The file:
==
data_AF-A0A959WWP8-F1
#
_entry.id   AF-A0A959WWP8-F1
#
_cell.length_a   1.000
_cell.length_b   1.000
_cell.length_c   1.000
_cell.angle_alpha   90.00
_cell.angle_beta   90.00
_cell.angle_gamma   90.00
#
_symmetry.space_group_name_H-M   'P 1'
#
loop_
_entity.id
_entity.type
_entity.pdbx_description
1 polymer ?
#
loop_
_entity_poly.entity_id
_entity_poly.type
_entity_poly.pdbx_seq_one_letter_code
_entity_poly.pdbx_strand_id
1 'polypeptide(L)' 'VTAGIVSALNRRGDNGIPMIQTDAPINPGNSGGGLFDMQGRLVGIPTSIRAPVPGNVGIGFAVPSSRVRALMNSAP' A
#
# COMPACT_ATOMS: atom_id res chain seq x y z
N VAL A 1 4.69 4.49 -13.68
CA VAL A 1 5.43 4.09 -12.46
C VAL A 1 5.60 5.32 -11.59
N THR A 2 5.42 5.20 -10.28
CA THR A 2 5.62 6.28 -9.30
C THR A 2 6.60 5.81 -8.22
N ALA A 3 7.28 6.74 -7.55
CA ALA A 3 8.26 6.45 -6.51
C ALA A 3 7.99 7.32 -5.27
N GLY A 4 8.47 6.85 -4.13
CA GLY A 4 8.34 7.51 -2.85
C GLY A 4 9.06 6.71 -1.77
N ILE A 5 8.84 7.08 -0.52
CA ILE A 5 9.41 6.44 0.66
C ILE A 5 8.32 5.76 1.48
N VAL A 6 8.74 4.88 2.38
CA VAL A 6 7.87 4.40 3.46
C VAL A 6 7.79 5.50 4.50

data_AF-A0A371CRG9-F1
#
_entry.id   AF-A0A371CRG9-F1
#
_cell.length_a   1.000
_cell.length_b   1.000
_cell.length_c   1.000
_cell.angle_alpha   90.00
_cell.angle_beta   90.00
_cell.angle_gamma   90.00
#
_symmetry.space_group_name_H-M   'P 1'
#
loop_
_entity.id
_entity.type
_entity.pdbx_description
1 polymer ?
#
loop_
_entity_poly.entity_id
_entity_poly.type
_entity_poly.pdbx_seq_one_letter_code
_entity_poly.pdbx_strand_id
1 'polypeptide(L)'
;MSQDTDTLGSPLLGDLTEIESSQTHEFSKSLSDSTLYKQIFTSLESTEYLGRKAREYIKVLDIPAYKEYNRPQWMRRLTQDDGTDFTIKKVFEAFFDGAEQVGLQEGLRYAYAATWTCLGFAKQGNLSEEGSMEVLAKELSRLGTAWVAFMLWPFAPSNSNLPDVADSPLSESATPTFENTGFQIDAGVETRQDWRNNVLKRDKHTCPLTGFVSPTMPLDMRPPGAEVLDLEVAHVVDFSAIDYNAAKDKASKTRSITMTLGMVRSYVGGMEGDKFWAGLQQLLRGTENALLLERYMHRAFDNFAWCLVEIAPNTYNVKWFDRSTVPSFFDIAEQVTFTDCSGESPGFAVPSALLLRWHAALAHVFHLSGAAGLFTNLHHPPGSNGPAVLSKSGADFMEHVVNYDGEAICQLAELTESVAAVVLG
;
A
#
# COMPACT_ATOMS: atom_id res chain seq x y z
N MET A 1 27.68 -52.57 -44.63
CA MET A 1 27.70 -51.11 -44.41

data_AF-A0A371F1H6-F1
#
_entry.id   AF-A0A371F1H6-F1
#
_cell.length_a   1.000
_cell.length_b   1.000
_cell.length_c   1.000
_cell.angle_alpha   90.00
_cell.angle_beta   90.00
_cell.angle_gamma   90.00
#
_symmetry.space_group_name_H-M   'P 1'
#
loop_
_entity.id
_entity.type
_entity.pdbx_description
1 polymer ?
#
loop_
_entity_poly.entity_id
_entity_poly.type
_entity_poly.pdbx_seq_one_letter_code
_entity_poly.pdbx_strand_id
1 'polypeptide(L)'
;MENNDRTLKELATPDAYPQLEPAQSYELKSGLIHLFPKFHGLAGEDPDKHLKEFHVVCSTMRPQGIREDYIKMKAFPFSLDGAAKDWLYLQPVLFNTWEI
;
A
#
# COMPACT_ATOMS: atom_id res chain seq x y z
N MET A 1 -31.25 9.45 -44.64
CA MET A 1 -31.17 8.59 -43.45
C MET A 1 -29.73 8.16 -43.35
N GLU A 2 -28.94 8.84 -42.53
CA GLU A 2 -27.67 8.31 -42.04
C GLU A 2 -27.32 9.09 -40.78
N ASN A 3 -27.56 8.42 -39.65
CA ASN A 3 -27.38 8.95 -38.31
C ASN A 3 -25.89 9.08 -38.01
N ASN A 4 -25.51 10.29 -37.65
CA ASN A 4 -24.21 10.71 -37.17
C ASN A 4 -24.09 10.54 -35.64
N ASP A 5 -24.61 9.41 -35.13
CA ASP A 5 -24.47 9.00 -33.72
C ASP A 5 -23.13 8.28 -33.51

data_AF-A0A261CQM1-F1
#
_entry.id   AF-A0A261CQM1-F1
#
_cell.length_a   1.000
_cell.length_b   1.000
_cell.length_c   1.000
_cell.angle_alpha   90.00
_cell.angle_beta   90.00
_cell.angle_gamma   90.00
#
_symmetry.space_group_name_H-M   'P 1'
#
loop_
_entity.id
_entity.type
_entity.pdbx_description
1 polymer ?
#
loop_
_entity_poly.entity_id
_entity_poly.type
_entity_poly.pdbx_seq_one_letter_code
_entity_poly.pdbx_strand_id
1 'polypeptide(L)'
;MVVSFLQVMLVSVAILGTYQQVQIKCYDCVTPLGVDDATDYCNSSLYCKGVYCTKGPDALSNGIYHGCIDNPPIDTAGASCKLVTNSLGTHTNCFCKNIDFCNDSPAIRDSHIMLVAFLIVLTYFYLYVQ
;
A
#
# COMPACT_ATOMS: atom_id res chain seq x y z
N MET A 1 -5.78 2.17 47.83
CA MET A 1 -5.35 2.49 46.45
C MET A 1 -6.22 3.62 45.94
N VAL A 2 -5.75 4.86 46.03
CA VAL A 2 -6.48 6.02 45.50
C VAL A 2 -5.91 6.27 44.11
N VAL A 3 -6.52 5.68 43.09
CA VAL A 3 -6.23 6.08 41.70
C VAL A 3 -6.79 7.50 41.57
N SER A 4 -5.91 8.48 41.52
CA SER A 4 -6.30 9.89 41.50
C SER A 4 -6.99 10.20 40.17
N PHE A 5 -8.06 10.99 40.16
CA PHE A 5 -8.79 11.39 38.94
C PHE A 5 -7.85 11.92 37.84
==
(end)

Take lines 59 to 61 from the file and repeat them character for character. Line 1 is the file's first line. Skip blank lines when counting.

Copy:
loop_
_entity.id
_entity.type